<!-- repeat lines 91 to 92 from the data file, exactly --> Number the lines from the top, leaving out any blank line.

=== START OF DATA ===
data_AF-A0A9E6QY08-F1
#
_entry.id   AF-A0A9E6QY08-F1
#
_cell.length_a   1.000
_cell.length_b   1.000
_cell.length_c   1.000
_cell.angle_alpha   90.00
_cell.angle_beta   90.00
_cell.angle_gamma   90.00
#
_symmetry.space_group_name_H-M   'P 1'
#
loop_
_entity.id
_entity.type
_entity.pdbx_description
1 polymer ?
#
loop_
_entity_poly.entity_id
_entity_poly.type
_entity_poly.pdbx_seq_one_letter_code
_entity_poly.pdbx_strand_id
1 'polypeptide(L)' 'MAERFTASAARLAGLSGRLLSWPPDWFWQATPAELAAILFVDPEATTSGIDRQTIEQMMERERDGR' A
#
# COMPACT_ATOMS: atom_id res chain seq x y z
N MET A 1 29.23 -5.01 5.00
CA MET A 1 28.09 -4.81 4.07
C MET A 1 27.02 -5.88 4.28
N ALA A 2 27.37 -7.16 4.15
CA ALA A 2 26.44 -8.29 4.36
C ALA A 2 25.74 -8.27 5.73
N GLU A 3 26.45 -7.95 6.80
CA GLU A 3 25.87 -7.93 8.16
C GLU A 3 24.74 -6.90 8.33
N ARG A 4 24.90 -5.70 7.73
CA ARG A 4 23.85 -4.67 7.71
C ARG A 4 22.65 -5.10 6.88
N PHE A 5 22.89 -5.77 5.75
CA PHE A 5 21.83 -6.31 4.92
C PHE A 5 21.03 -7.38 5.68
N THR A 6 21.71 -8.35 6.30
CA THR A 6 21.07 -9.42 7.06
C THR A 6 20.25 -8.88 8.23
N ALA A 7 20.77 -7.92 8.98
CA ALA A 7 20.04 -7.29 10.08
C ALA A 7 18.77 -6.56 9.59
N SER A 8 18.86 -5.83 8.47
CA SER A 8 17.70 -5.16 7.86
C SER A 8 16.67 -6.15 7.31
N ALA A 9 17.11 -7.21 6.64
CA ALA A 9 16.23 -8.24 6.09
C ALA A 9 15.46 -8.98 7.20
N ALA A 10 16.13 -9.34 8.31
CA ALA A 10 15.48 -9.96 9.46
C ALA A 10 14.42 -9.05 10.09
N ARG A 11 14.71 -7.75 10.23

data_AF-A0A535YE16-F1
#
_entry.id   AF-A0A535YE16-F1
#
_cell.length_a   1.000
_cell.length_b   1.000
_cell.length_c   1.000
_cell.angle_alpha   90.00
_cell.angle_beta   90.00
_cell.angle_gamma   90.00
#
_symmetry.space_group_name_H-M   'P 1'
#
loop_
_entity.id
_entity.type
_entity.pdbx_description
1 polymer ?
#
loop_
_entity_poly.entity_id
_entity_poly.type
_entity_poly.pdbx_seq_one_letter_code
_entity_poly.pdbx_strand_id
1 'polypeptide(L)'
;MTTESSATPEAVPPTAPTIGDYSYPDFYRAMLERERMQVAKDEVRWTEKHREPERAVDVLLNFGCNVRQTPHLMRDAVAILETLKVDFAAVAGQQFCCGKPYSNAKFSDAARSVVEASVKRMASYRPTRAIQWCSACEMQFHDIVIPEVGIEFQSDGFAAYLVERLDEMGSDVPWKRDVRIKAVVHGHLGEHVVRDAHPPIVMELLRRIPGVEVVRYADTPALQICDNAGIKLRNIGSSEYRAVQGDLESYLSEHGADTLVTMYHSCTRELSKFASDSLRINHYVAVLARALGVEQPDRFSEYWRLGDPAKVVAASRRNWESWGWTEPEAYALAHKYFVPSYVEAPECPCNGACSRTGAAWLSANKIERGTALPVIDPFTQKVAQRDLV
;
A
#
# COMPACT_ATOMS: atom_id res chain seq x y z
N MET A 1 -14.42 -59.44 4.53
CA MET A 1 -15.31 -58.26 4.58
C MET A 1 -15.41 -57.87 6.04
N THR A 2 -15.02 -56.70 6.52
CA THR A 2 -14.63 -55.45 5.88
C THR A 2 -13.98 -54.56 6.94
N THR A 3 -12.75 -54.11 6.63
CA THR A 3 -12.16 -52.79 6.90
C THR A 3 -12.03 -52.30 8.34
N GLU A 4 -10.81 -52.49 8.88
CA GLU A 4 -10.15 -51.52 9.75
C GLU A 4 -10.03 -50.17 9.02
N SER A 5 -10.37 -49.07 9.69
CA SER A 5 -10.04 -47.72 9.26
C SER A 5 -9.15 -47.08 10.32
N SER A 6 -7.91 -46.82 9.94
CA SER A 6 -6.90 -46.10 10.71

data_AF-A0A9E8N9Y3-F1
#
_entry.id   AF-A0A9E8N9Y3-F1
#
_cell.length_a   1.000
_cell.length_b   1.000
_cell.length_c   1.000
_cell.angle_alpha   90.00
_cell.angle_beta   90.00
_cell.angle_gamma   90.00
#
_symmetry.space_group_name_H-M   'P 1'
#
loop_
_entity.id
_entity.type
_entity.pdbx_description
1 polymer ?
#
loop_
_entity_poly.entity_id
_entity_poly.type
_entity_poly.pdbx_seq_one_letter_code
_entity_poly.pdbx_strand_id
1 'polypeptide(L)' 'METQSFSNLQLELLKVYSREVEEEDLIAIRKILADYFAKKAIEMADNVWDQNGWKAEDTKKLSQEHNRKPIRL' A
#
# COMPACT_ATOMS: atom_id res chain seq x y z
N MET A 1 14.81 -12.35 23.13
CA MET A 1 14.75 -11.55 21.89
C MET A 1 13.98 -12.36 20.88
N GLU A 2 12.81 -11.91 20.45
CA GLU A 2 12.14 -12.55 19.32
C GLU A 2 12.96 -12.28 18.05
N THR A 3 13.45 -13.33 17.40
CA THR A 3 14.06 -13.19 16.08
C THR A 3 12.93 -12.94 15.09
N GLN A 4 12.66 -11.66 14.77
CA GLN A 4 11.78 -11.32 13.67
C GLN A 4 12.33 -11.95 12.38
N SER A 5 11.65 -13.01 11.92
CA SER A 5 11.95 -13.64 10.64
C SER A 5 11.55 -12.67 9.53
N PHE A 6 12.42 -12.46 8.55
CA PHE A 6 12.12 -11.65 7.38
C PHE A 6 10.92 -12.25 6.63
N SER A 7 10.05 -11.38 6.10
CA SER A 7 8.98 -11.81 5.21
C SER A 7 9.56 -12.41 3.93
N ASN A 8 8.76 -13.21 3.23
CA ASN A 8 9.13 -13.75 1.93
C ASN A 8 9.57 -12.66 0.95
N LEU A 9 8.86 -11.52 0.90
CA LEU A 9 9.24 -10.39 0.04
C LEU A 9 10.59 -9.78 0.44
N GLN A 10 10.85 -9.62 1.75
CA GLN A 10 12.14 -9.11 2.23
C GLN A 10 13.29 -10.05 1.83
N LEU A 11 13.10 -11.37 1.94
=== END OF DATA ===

C MET A 1 -15.41 -57.87 6.04
N THR A 2 -15.02 -56.70 6.52